Background: Vigilance is generally understood as the ability to detect infrequent critical events through long time periods. In tasks like the Sustained Attention to Response Task (SART), participants tend to detect fewer events across time, a phenomenon known as "vigilance decrement". However, vigilance might also involve sustaining a tonic arousal level. In the Psychomotor Vigilance Test (PVT), the vigilance decrement corresponds to an increment across time in both mean and variability of reaction time.

New Method: The present study aimed to develop a single task -Attentional Networks Test for Interactions and Vigilance - executive and arousal components (ANTI-Vea)- to simultaneously assess both components of vigilance (i.e., the executive vigilance as in the SART, and the arousal vigilance as in the PVT), while measuring the classic attentional functions (phasic alertness, orienting, and executive control).

Results: In Experiment #1, the executive vigilance decrement was found as an increment in response bias. In Experiment #2, this result was replicated, and the arousal vigilance decrement was simultaneously observed as an increment in reaction time.

Comparison With Existing Method: The ANTI-Vea solves some issues observed in the previous ANTI-V task with the executive vigilance measure (e.g., a low hit rate and no vigilance decrement). Furthermore, the new ANTI-Vea task assesses both components of vigilance together with others typical attentional functions.

Conclusions: The new attentional networks test developed here may be useful to provide a better understanding of the human attentional system. The role of sensitivity and response bias in the executive vigilance decrement are discussed.
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http://dx.doi.org/10.1016/j.jneumeth.2018.05.011DOI Listing
August 2018

Increasing the default interletter spacing of words can help drivers to read traffic signs at longer distances.

Accid Anal Prev 2018 Aug 9;117:298-303. Epub 2018 May 9.

Departamento de Psicología Evolutiva y de la Educación / ERI Lectura, Universidad de Valencia, Facultad de Psicología, Avenida Blasco Ibáñez, 21, 46010, Valencia, Spain. Electronic address:

Would an increase in the default interletter spacing improve the legibility of words in traffic signs? Previous evidence on traffic sign design and recent studies on the cognitive processes involved in visual word recognition have provided conflicting results. The present work examined whether an increase in the default interletter spacing would improve the search of a word in direction traffic signs. To achieve this objective, twenty-two drivers participated in a driving simulation experiment. They followed a highway route and indicated whether a target place name was present among a set of distractors shown on direction traffic signs along the route. We compared the default interletter spacing of the Spanish "CC Rige" font (which is based on the internationally-used Transport font) and a 2.5-times expanded interletter spacing. The results revealed that the drivers were able to give a correct response at a distance to the traffic sign that was on average longer in the expanded than in the default spacing condition. This advantage in the legibility distance was observed in the absence of significant differences in reading accuracy, gaze behavior, or driving performance measures. Therefore, the evidence provided supports that drivers can benefit from a slight increase in interletter spacing relative to the standard spacing. Some of the design factors influencing this effect are discussed.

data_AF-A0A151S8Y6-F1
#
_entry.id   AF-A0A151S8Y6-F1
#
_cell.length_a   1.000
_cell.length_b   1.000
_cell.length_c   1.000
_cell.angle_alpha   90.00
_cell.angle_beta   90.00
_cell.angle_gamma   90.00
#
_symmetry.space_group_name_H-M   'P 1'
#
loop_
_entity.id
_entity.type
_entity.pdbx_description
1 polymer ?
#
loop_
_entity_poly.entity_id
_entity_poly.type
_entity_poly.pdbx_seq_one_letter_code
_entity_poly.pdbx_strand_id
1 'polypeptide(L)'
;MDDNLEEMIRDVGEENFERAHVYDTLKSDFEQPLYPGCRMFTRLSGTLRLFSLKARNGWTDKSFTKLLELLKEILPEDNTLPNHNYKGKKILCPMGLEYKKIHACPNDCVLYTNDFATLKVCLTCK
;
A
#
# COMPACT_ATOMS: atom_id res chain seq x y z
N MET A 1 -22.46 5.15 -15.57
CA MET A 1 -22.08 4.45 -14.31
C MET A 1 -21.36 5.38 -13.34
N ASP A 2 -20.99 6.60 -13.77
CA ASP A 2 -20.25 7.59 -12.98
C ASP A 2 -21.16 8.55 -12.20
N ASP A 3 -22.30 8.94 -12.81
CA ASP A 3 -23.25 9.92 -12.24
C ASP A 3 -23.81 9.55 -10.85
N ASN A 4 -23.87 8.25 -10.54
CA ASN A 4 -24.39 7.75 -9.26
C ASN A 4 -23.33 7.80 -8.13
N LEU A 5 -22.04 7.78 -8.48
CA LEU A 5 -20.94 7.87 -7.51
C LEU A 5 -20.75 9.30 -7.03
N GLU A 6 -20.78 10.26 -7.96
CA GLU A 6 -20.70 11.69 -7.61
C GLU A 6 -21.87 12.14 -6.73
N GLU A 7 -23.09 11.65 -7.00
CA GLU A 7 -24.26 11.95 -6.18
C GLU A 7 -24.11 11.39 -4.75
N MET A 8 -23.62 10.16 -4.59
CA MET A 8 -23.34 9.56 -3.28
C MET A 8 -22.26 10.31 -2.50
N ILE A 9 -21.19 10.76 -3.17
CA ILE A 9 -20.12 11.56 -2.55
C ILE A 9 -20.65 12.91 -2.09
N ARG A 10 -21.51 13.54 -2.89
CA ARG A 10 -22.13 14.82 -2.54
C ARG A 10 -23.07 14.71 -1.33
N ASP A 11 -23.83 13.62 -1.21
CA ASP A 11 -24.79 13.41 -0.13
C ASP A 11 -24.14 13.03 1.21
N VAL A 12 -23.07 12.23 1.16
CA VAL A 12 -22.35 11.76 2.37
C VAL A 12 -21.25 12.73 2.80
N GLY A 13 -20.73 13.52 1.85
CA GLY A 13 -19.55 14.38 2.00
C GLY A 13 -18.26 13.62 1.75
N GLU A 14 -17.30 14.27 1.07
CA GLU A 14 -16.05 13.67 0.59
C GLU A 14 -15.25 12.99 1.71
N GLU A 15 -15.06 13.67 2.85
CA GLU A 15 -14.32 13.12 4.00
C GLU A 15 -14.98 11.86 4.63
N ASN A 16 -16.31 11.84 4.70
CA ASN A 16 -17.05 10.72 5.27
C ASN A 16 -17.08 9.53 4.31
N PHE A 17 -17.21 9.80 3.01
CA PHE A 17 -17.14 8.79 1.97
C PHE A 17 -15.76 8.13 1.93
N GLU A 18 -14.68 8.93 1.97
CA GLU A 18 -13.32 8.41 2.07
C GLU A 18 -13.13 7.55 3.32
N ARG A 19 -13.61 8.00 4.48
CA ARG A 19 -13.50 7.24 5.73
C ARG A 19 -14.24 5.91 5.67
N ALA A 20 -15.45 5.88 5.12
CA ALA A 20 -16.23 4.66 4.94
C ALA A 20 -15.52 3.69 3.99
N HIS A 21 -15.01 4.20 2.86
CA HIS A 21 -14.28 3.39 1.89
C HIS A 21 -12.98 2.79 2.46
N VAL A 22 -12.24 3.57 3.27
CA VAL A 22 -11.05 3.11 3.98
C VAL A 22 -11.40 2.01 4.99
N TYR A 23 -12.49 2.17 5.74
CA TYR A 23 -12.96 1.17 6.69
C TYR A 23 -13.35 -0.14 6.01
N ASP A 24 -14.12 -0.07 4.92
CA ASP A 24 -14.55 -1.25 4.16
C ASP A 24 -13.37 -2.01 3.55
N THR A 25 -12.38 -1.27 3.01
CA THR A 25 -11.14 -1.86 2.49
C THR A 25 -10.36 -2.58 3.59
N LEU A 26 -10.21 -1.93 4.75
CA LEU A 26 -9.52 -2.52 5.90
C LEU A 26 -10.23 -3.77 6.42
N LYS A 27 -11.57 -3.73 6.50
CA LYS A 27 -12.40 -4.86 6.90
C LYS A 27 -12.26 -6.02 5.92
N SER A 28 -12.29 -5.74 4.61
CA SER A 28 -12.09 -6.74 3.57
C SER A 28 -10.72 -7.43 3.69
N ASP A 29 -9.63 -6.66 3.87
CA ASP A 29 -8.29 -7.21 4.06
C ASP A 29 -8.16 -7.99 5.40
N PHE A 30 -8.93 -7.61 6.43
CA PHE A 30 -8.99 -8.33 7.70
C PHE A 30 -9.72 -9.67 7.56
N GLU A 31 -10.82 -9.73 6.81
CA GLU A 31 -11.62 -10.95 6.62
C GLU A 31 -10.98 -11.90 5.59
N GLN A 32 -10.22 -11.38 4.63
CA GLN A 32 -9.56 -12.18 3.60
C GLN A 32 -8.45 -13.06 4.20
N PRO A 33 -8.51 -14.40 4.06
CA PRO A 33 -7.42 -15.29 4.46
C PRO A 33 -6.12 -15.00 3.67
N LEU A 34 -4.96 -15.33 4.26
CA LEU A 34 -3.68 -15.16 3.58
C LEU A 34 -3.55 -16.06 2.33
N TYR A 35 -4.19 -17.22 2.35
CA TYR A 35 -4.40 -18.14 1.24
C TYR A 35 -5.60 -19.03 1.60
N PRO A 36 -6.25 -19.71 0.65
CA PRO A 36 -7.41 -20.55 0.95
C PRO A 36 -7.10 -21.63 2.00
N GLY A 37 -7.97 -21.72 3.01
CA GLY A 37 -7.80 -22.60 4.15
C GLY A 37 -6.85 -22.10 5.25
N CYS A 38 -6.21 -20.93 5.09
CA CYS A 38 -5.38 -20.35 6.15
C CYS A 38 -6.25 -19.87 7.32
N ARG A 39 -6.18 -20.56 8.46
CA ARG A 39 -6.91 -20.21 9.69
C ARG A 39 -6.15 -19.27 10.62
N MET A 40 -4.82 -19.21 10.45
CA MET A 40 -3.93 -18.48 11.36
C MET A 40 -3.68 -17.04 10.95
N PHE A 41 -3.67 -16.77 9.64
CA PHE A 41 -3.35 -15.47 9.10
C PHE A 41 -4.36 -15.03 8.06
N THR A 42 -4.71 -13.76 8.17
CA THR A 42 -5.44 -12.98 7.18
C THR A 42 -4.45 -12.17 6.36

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http://dx.doi.org/10.1016/j.aap.2018.04.028DOI Listing
August 2018

Difficulties of Drivers With Dyslexia When Reading Traffic Signs: Analysis of Reading, Eye Gazes, and Driving Performance.

J Learn Disabil 2019 Jan/Feb;52(1):84-95. Epub 2018 Mar 14.

1 Universitat de València, Spain.

A group of adult individuals with dyslexia and a matched group of normally reading individuals participated in a driving simulation experiment. Participants were asked to read the word presented on every direction traffic sign encountered along a route, as far as possible from the sign, maintaining driving performance. Word frequency and word length were manipulated as within-subject factors. We analyzed (a) reading accuracy, (b) how far the sign was when the participant started to give the response, (c) where the participant looked during the time leading up to the response, and (d) the variability of the vehicle's speed during that time and during driving on similar segments of the route that did not present the traffic signs. Individuals with dyslexia showed lower levels of performance in the reading task, the roles of word frequency and word length were more influential for them, and there was larger variability of the vehicle's speed during the time they were attempting to read the traffic sign, which did not occur during their driving on similar segments that did not present the targeted traffic signs. Therefore, the specific needs of individuals with dyslexia on the road should be considered in plans aimed at increasing traffic safety and fluidity.